Santa Muerte can be translated into English as either "Saint Death" or "Holy Death", although the professor of Religious studies R. Andrew Chesnut believes that the former is a more accurate translation because it "better reveals" her identity as a folk saint. A variant of this is Santísima Muerte, which is translated as "Most Holy Death" or "Most Saintly Death", and devotees often call her Santisma Muerte during their rituals.
Santa Muerte is also known by a wide variety of other names: the Skinny Lady (la Flaquita), the Bony Lady (la Huesuda), the White Girl (la Niña Blanca), the White Sister (la Hermana Blanca), the Pretty Girl (la Niña Bonita), the Powerful Lady (la Dama Poderosa), the Godmother (la Madrina),Señora de las Sombras ("Lady of the Shadows"), Señora Blanca ("White Lady"), Señora Negra ("Black Lady"), Niña Santa ("Holy Girl"), Santa Sebastiana ("Saint Sebastienne", i.e. "Holy Sebastian") or Doña Bella Sebastiana ("Beautiful Lady Sebastienne") and La Flaca ("The Skinny Woman").
Main articles: Mesoamerican religion and Pre-Columbian Mexico
Further information: Population history of indigenous peoples of the Americas and Spanish colonization of the Americas
After the Spanish conquest of the Aztec Empire, the worship of death diminished but was never eradicated. Judith Katia Perdigón Castañeda has found references dating to 18th-century Mexico. According to one account, recorded in the annals of the Spanish Inquisition, indigenous people in central Mexico tied up a skeletal figure, whom they addressed as "Santa Muerte," and threatened it with lashings if it did not perform miracles or grant their wishes. Another syncretism between Pre-Columbian and Christian beliefs about death can be seen in Day of the Dead celebrations. During these celebrations, many Mexicans flock to cemeteries to sing and pray for friends and family members who have died. Children partake in the festivities by eating chocolate or candy in the shape of skulls. Perdigón Castañeda, Thompson, Kingsbury, and Chesnut have countered the argument proposed by Malvido, Lomnitz, and Kristensen that Santa Muerte's origins are not Indigenous, suggesting that Santa Muerte derives from authentic Indigenous beliefs. For Malvido this stems from Indigenist discourse originating in the 1930s. Nevertheless, through ethnoarchaeological researches by Kingsbury and Chesnut as well as archival work by Perdigón Castañeda, proof has been established that there are clear links between pre-Columbian death deity worship and Santa Muerte supplication. As Kingsbury has pointed out, to deny the Indigenous roots of Santa Muerte is to promote neo-colonialism and the denial of Indigenous influences and cultures as important still in the current context.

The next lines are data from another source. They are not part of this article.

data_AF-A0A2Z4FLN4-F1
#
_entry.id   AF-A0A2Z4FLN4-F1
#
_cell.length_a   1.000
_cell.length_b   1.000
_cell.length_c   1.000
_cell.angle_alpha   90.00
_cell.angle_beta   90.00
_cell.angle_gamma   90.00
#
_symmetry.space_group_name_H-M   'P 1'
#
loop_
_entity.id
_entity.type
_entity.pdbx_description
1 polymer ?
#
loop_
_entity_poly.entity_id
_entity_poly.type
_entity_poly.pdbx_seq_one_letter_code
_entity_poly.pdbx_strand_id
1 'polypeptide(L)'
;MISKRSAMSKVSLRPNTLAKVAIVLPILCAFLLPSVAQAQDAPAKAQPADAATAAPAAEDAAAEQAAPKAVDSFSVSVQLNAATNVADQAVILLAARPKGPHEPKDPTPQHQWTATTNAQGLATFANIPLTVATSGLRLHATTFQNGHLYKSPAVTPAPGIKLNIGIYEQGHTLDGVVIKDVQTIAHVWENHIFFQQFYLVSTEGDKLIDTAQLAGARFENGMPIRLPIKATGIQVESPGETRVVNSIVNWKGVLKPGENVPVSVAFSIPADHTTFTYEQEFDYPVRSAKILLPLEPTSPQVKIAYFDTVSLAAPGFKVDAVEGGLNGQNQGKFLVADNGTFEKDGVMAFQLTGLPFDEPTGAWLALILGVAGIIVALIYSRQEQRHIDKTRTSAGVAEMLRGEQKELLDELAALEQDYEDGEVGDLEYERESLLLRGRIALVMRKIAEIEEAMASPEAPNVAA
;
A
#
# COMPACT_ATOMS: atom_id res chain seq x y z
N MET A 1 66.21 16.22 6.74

In contrast to the Day of the Dead, overt veneration of Santa Muerte remained clandestine until the middle of the 20th century. When it went public in sporadic occurrences, reaction was often harsh, and included the desecration of shrines and altars. At the beginning of the 20th century, José Guadalupe Posada created a similar, but secular figure by the name of Catrina, a female skeleton dressed in fancy clothing of the period. Posada began to evoke the idea that the universality of death generated a fundamental equality amongst man. His paintings of skeletons in daily life and that La Catrina were meant to represent the arbitrary and violent nature of an unequal society.